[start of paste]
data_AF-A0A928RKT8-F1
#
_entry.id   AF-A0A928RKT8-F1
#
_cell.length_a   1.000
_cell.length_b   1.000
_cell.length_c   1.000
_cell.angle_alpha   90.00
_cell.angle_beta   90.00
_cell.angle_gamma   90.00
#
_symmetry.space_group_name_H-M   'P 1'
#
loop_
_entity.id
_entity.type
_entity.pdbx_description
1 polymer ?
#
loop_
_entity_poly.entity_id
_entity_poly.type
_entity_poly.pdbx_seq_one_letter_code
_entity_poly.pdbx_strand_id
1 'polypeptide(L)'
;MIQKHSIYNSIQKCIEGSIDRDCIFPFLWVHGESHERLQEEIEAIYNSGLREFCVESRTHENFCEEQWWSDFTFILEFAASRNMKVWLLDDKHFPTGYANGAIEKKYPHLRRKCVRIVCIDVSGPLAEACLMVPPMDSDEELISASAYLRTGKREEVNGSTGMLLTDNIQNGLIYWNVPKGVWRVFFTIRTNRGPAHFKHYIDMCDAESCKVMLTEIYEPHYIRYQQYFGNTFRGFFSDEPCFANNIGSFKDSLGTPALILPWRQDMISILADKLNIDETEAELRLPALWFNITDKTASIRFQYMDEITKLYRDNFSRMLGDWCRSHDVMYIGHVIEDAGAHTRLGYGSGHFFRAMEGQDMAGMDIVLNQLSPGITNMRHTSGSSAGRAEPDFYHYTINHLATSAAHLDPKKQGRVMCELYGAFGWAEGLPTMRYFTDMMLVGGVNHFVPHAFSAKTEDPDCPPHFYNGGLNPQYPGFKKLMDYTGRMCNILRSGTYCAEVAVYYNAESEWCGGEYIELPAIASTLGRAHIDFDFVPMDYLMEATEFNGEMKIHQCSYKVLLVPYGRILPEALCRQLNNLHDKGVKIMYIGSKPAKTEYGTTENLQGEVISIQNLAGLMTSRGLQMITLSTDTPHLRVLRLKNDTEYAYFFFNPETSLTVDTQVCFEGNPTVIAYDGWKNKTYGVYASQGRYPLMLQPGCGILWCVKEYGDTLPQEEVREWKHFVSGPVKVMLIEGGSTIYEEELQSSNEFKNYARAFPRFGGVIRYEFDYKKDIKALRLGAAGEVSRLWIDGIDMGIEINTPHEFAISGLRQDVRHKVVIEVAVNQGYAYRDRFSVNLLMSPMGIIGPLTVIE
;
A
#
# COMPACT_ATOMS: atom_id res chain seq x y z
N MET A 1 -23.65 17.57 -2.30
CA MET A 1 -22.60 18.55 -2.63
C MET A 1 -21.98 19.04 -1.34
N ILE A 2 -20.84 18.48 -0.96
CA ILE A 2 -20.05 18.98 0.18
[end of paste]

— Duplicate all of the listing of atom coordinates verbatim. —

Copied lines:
data_AF-A0A928RKT8-F1
#
_entry.id   AF-A0A928RKT8-F1
#
_cell.length_a   1.000
_cell.length_b   1.000
_cell.length_c   1.000
_cell.angle_alpha   90.00
_cell.angle_beta   90.00
_cell.angle_gamma   90.00
#
_symmetry.space_group_name_H-M   'P 1'
#
loop_
_entity.id
_entity.type
_entity.pdbx_description
1 polymer ?
#
loop_
_entity_poly.entity_id
_entity_poly.type
_entity_poly.pdbx_seq_one_letter_code
_entity_poly.pdbx_strand_id
1 'polypeptide(L)'
;MIQKHSIYNSIQKCIEGSIDRDCIFPFLWVHGESHERLQEEIEAIYNSGLREFCVESRTHENFCEEQWWSDFTFILEFAASRNMKVWLLDDKHFPTGYANGAIEKKYPHLRRKCVRIVCIDVSGPLAEACLMVPPMDSDEELISASAYLRTGKREEVNGSTGMLLTDNIQNGLIYWNVPKGVWRVFFTIRTNRGPAHFKHYIDMCDAESCKVMLTEIYEPHYIRYQQYFGNTFRGFFSDEPCFANNIGSFKDSLGTPALILPWRQDMISILADKLNIDETEAELRLPALWFNITDKTASIRFQYMDEITKLYRDNFSRMLGDWCRSHDVMYIGHVIEDAGAHTRLGYGSGHFFRAMEGQDMAGMDIVLNQLSPGITNMRHTSGSSAGRAEPDFYHYTINHLATSAAHLDPKKQGRVMCELYGAFGWAEGLPTMRYFTDMMLVGGVNHFVPHAFSAKTEDPDCPPHFYNGGLNPQYPGFKKLMDYTGRMCNILRSGTYCAEVAVYYNAESEWCGGEYIELPAIASTLGRAHIDFDFVPMDYLMEATEFNGEMKIHQCSYKVLLVPYGRILPEALCRQLNNLHDKGVKIMYIGSKPAKTEYGTTENLQGEVISIQNLAGLMTSRGLQMITLSTDTPHLRVLRLKNDTEYAYFFFNPETSLTVDTQVCFEGNPTVIAYDGWKNKTYGVYASQGRYPLMLQPGCGILWCVKEYGDTLPQEEVREWKHFVSGPVKVMLIEGGSTIYEEELQSSNEFKNYARAFPRFGGVIRYEFDYKKDIKALRLGAAGEVSRLWIDGIDMGIEINTPHEFAISGLRQDVRHKVVIEVAVNQGYAYRDRFSVNLLMSPMGIIGPLTVIE
;
A
#
# COMPACT_ATOMS: atom_id res chain seq x y z
N MET A 1 -23.65 17.57 -2.30
CA MET A 1 -22.60 18.55 -2.63
C MET A 1 -21.98 19.04 -1.34
N ILE A 2 -20.84 18.48 -0.96
CA ILE A 2 -20.05 18.98 0.18